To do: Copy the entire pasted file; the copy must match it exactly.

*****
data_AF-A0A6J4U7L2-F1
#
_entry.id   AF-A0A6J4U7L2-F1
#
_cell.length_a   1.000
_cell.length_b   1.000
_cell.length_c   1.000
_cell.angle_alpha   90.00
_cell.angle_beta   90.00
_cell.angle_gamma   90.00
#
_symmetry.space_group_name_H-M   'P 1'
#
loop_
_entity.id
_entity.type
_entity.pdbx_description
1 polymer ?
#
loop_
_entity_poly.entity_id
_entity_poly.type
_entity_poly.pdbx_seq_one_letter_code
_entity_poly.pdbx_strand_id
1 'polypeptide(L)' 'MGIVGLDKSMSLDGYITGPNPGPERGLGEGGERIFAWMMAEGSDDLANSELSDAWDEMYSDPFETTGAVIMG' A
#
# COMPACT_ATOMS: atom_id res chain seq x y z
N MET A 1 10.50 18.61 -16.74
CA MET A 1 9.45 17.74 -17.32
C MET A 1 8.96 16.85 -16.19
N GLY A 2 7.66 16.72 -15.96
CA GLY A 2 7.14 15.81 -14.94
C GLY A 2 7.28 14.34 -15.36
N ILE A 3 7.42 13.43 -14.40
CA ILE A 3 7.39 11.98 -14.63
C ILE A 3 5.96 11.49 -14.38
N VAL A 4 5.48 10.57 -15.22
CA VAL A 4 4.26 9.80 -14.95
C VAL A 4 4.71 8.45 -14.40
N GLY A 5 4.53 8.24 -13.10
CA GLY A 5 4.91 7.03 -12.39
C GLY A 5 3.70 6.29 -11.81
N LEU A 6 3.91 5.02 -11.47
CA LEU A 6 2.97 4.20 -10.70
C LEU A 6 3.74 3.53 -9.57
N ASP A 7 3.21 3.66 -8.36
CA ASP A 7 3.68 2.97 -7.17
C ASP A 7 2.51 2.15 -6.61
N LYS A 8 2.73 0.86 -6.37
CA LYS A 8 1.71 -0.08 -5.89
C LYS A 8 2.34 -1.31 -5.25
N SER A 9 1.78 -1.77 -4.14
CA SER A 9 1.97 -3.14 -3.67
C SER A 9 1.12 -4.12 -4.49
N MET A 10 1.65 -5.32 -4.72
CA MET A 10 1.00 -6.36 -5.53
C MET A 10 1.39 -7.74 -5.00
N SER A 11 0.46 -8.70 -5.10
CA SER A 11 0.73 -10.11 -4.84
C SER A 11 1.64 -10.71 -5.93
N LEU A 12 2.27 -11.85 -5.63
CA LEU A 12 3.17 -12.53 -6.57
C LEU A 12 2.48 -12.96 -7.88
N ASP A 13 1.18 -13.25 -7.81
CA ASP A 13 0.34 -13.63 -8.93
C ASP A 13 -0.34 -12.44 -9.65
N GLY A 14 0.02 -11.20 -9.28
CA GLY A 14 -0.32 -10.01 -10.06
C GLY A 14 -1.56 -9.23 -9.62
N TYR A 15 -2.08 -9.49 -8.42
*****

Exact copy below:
data_AF-A0A6J4U7L2-F1
#
_entry.id   AF-A0A6J4U7L2-F1
#
_cell.length_a   1.000
_cell.length_b   1.000
_cell.length_c   1.000
_cell.angle_alpha   90.00
_cell.angle_beta   90.00
_cell.angle_gamma   90.00
#
_symmetry.space_group_name_H-M   'P 1'
#
loop_
_entity.id
_entity.type
_entity.pdbx_description
1 polymer ?
#
loop_
_entity_poly.entity_id
_entity_poly.type
_entity_poly.pdbx_seq_one_letter_code
_entity_poly.pdbx_strand_id
1 'polypeptide(L)' 'MGIVGLDKSMSLDGYITGPNPGPERGLGEGGERIFAWMMAEGSDDLANSELSDAWDEMYSDPFETTGAVIMG' A
#
# COMPACT_ATOMS: atom_id res chain seq x y z
N MET A 1 10.50 18.61 -16.74
CA MET A 1 9.45 17.74 -17.32
C MET A 1 8.96 16.85 -16.19
N GLY A 2 7.66 16.72 -15.96
CA GLY A 2 7.14 15.81 -14.94
C GLY A 2 7.28 14.34 -15.36
N ILE A 3 7.42 13.43 -14.40
CA ILE A 3 7.39 11.98 -14.63
C ILE A 3 5.96 11.49 -14.38
N VAL A 4 5.48 10.57 -15.22
CA VAL A 4 4.26 9.80 -14.95
C VAL A 4 4.71 8.45 -14.40
N GLY A 5 4.53 8.24 -13.10
CA GLY A 5 4.91 7.03 -12.39
C GLY A 5 3.70 6.29 -11.81
N LEU A 6 3.91 5.02 -11.47
CA LEU A 6 2.97 4.20 -10.70
C LEU A 6 3.74 3.53 -9.57
N ASP A 7 3.21 3.66 -8.36
CA ASP A 7 3.68 2.97 -7.17
C ASP A 7 2.51 2.15 -6.61
N LYS A 8 2.73 0.86 -6.37
CA LYS A 8 1.71 -0.08 -5.89
C LYS A 8 2.34 -1.31 -5.25
N SER A 9 1.78 -1.77 -4.14
CA SER A 9 1.97 -3.14 -3.67
C SER A 9 1.12 -4.12 -4.49
N MET A 10 1.65 -5.32 -4.72
CA MET A 10 1.00 -6.36 -5.53
C MET A 10 1.39 -7.74 -5.00
N SER A 11 0.46 -8.70 -5.10
CA SER A 11 0.73 -10.11 -4.84
C SER A 11 1.64 -10.71 -5.93
N LEU A 12 2.27 -11.85 -5.63
CA LEU A 12 3.17 -12.53 -6.57
C LEU A 12 2.48 -12.96 -7.88
N ASP A 13 1.18 -13.25 -7.81
CA ASP A 13 0.34 -13.63 -8.93
C ASP A 13 -0.34 -12.44 -9.65
N GLY A 14 0.02 -11.20 -9.28
CA GLY A 14 -0.32 -10.01 -10.06
C GLY A 14 -1.56 -9.23 -9.62
N TYR A 15 -2.08 -9.49 -8.42